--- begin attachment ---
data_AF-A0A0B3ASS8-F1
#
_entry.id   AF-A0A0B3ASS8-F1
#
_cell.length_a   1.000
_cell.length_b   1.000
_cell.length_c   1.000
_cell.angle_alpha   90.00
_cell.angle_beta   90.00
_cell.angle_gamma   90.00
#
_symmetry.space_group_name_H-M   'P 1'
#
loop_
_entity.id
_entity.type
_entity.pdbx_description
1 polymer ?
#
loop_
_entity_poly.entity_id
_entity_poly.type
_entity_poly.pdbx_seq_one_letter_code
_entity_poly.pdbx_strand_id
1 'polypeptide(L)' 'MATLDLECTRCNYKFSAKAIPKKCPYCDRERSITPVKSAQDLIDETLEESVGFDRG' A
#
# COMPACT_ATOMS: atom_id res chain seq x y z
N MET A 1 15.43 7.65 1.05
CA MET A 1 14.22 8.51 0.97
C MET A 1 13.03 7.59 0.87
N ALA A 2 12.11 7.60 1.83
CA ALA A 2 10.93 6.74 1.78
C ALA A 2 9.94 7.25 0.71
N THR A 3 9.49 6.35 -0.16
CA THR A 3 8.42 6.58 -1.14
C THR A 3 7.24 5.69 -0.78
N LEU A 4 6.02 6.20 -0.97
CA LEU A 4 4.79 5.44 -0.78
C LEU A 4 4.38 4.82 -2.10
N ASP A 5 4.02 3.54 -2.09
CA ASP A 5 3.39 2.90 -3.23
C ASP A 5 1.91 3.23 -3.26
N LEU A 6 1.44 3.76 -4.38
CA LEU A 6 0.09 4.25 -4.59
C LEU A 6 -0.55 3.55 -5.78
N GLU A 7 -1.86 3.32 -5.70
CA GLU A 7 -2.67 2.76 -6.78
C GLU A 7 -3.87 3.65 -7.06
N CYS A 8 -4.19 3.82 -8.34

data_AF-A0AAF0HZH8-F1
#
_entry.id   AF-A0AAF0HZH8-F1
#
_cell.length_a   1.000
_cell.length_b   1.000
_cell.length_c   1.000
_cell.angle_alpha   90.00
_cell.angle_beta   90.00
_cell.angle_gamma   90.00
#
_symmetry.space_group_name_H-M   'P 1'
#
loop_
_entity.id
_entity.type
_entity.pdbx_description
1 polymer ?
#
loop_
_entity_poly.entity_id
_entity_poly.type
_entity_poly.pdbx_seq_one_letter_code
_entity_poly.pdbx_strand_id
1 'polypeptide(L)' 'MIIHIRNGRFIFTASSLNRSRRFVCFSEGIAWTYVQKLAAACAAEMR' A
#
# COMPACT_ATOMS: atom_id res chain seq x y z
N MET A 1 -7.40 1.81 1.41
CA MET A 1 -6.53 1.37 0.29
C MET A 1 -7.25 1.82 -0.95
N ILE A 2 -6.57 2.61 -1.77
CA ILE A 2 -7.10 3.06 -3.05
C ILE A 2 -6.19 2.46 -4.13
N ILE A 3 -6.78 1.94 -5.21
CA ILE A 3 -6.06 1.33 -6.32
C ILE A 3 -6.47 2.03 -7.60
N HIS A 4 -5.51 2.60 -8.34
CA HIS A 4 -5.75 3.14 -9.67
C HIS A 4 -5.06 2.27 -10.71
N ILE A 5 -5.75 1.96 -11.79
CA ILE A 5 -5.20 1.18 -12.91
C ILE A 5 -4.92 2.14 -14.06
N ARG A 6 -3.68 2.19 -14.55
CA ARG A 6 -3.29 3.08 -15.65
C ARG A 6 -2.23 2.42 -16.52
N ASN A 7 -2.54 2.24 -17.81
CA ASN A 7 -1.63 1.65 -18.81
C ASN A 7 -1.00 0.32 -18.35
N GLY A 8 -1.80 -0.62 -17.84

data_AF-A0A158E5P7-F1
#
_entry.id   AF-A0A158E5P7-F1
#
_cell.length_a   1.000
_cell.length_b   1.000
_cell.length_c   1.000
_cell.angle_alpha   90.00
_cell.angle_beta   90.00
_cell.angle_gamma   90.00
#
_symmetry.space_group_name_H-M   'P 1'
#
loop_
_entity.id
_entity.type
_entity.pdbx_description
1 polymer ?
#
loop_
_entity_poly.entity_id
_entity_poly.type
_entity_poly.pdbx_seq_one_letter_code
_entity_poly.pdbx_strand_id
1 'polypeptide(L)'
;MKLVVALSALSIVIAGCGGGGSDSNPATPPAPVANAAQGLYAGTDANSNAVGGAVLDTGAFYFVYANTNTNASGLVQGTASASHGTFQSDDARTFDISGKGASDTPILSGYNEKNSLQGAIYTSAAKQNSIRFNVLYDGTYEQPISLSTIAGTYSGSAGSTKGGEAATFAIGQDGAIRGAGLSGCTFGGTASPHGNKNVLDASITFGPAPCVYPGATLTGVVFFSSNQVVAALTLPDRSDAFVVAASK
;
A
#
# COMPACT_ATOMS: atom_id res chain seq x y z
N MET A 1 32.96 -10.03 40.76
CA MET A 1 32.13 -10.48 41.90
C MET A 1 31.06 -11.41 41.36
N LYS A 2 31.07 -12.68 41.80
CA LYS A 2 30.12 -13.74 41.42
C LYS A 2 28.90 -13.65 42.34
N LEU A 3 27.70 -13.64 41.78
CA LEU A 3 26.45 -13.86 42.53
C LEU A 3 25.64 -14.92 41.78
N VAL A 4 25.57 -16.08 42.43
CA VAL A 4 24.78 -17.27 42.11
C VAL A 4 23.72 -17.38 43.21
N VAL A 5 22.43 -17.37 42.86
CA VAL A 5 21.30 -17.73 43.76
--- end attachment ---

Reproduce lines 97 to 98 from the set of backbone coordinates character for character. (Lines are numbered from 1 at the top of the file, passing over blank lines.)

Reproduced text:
C ASN A 7 -1.00 0.32 -18.35
N GLY A 8 -1.80 -0.62 -17.84